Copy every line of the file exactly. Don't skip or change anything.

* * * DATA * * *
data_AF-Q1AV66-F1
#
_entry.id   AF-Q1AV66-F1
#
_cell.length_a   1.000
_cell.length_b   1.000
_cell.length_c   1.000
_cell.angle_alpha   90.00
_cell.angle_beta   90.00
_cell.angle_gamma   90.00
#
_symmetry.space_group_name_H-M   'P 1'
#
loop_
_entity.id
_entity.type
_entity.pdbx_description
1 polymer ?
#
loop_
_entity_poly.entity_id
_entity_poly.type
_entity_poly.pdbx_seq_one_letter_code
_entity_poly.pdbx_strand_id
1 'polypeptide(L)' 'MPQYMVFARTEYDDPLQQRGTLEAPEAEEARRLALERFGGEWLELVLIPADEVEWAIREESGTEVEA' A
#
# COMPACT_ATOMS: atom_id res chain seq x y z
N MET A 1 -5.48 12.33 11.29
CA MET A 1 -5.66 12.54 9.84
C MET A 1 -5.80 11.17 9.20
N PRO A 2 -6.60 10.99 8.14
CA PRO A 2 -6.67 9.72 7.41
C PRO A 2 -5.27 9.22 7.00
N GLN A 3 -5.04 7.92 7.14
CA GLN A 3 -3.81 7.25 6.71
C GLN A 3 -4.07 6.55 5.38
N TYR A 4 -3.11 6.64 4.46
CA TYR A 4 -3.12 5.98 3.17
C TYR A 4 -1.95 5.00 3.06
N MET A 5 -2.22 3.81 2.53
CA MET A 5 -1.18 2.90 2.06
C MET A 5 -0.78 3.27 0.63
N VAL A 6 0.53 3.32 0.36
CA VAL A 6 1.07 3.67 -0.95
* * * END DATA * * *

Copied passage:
data_AF-Q1AV66-F1
#
_entry.id   AF-Q1AV66-F1
#
_cell.length_a   1.000
_cell.length_b   1.000
_cell.length_c   1.000
_cell.angle_alpha   90.00
_cell.angle_beta   90.00
_cell.angle_gamma   90.00
#
_symmetry.space_group_name_H-M   'P 1'
#
loop_
_entity.id
_entity.type
_entity.pdbx_description
1 polymer ?
#
loop_
_entity_poly.entity_id
_entity_poly.type
_entity_poly.pdbx_seq_one_letter_code
_entity_poly.pdbx_strand_id
1 'polypeptide(L)' 'MPQYMVFARTEYDDPLQQRGTLEAPEAEEARRLALERFGGEWLELVLIPADEVEWAIREESGTEVEA' A
#
# COMPACT_ATOMS: atom_id res chain seq x y z
N MET A 1 -5.48 12.33 11.29
CA MET A 1 -5.66 12.54 9.84
C MET A 1 -5.80 11.17 9.20
N PRO A 2 -6.60 10.99 8.14
CA PRO A 2 -6.67 9.72 7.41
C PRO A 2 -5.27 9.22 7.00
N GLN A 3 -5.04 7.92 7.14
CA GLN A 3 -3.81 7.25 6.71
C GLN A 3 -4.07 6.55 5.38
N TYR A 4 -3.11 6.64 4.46
CA TYR A 4 -3.12 5.98 3.17
C TYR A 4 -1.95 5.00 3.06
N MET A 5 -2.22 3.81 2.53
CA MET A 5 -1.18 2.90 2.06
C MET A 5 -0.78 3.27 0.63
N VAL A 6 0.53 3.32 0.36
CA VAL A 6 1.07 3.67 -0.95